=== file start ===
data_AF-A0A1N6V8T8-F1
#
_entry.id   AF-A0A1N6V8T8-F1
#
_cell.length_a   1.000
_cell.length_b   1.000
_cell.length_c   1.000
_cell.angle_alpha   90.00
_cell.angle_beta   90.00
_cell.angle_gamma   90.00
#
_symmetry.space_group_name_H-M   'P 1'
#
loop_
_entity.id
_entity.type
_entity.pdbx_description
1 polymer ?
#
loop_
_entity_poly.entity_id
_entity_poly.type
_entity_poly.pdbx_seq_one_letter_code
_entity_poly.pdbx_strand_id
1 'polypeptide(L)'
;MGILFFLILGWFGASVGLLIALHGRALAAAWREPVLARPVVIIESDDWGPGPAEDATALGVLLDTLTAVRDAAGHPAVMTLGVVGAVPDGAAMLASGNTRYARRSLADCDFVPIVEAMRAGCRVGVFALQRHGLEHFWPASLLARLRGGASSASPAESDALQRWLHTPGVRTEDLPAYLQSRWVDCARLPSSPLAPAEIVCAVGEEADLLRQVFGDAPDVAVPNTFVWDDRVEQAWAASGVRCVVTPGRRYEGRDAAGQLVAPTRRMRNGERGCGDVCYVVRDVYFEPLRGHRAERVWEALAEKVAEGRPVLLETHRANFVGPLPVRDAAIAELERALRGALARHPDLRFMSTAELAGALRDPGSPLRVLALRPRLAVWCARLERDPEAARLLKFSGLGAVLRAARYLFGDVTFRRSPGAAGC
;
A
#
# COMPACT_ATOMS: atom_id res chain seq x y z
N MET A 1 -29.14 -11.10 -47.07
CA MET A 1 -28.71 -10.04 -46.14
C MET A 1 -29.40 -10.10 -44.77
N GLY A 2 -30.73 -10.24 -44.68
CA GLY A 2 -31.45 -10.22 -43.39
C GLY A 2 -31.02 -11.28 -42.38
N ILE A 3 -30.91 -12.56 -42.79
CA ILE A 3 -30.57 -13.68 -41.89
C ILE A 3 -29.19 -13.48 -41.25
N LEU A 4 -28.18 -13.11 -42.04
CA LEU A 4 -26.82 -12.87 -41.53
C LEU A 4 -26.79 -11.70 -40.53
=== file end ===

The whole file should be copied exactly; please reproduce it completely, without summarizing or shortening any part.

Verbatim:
data_AF-A0A1N6V8T8-F1
#
_entry.id   AF-A0A1N6V8T8-F1
#
_cell.length_a   1.000
_cell.length_b   1.000
_cell.length_c   1.000
_cell.angle_alpha   90.00
_cell.angle_beta   90.00
_cell.angle_gamma   90.00
#
_symmetry.space_group_name_H-M   'P 1'
#
loop_
_entity.id
_entity.type
_entity.pdbx_description
1 polymer ?
#
loop_
_entity_poly.entity_id
_entity_poly.type
_entity_poly.pdbx_seq_one_letter_code
_entity_poly.pdbx_strand_id
1 'polypeptide(L)'
;MGILFFLILGWFGASVGLLIALHGRALAAAWREPVLARPVVIIESDDWGPGPAEDATALGVLLDTLTAVRDAAGHPAVMTLGVVGAVPDGAAMLASGNTRYARRSLADCDFVPIVEAMRAGCRVGVFALQRHGLEHFWPASLLARLRGGASSASPAESDALQRWLHTPGVRTEDLPAYLQSRWVDCARLPSSPLAPAEIVCAVGEEADLLRQVFGDAPDVAVPNTFVWDDRVEQAWAASGVRCVVTPGRRYEGRDAAGQLVAPTRRMRNGERGCGDVCYVVRDVYFEPLRGHRAERVWEALAEKVAEGRPVLLETHRANFVGPLPVRDAAIAELERALRGALARHPDLRFMSTAELAGALRDPGSPLRVLALRPRLAVWCARLERDPEAARLLKFSGLGAVLRAARYLFGDVTFRRSPGAAGC
;
A
#
# COMPACT_ATOMS: atom_id res chain seq x y z
N MET A 1 -29.14 -11.10 -47.07
CA MET A 1 -28.71 -10.04 -46.14
C MET A 1 -29.40 -10.10 -44.77
N GLY A 2 -30.73 -10.24 -44.68
CA GLY A 2 -31.45 -10.22 -43.39
C GLY A 2 -31.02 -11.28 -42.38
N ILE A 3 -30.91 -12.56 -42.79
CA ILE A 3 -30.57 -13.68 -41.89
C ILE A 3 -29.19 -13.48 -41.25
N LEU A 4 -28.18 -13.11 -42.04
CA LEU A 4 -26.82 -12.87 -41.53
C LEU A 4 -26.79 -11.70 -40.53